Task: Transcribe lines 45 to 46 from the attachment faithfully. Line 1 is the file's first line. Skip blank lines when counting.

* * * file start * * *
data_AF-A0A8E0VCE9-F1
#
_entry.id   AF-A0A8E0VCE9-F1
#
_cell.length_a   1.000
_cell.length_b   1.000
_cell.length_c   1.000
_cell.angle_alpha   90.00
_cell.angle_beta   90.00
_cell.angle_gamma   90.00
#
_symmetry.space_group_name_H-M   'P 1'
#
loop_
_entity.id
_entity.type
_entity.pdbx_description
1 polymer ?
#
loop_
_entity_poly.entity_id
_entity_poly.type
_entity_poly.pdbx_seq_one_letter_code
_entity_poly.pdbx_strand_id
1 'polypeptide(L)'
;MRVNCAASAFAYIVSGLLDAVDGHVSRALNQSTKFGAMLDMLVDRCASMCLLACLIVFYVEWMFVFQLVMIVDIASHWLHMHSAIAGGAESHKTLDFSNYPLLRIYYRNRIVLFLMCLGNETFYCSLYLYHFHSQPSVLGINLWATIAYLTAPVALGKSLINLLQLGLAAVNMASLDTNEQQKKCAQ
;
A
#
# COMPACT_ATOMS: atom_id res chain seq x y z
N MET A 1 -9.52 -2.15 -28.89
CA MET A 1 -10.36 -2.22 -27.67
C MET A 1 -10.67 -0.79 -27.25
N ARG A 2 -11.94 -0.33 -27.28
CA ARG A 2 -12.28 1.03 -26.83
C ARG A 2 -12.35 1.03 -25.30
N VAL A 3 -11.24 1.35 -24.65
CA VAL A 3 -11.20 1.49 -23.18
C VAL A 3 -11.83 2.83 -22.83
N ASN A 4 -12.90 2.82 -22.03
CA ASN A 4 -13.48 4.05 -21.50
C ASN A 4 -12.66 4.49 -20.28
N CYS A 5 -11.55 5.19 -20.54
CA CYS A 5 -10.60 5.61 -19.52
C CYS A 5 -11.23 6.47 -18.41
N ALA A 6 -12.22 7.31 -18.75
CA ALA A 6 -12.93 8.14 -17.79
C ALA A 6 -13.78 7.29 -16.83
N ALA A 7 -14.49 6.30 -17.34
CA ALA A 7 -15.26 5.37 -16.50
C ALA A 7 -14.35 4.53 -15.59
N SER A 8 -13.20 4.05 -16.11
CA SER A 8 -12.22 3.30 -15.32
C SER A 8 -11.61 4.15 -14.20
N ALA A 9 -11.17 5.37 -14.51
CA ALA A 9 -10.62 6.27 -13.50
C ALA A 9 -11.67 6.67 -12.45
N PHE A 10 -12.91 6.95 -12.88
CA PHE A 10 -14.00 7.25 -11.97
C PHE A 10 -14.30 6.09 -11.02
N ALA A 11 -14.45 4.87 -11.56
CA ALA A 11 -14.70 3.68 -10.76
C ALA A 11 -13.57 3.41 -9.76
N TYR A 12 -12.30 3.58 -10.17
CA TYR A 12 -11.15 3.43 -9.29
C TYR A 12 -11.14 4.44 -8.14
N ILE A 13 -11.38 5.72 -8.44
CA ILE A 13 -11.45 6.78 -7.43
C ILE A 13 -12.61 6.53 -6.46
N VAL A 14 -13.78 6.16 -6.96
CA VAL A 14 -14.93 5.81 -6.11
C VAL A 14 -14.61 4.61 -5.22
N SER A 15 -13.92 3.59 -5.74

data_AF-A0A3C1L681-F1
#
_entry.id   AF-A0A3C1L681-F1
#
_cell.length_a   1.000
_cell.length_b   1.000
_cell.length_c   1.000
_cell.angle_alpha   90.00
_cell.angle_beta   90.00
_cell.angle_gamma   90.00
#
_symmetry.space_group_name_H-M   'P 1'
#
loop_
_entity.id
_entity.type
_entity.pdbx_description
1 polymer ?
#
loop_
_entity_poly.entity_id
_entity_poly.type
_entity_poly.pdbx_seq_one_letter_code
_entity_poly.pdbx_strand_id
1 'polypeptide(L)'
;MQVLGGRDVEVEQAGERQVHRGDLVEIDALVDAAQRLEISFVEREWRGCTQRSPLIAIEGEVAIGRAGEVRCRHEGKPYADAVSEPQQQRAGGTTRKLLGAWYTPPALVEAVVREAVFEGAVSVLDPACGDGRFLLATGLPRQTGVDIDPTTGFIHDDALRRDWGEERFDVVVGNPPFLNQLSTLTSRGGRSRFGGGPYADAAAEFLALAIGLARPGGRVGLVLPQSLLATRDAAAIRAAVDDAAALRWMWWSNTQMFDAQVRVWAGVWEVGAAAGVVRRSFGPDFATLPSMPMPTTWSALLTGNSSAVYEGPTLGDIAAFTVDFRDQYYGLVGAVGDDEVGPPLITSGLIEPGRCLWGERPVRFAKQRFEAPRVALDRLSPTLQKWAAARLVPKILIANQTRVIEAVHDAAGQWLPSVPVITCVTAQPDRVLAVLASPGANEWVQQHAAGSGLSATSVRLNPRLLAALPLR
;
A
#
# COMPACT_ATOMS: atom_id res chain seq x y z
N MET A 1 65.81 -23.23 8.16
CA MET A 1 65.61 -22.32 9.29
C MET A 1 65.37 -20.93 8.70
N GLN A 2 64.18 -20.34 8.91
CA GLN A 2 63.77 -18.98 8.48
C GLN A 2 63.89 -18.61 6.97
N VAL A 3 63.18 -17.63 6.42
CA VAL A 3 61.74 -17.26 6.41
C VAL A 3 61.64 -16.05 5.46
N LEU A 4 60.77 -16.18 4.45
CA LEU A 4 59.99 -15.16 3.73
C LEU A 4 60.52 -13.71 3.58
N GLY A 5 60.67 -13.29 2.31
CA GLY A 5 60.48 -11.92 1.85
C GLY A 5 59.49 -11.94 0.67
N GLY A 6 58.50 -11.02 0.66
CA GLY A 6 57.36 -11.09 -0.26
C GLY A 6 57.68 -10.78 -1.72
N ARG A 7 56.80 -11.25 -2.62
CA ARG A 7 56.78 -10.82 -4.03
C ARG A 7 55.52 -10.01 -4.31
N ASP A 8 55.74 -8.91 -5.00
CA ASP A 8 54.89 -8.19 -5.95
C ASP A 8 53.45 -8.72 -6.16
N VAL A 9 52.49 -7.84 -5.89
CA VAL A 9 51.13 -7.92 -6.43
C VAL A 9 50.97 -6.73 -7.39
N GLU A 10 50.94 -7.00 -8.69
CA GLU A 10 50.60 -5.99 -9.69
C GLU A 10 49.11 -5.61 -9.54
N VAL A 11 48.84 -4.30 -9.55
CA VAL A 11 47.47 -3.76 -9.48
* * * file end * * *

C CYS A 5 -11.23 6.47 -18.41
N ALA A 6 -12.22 7.31 -18.75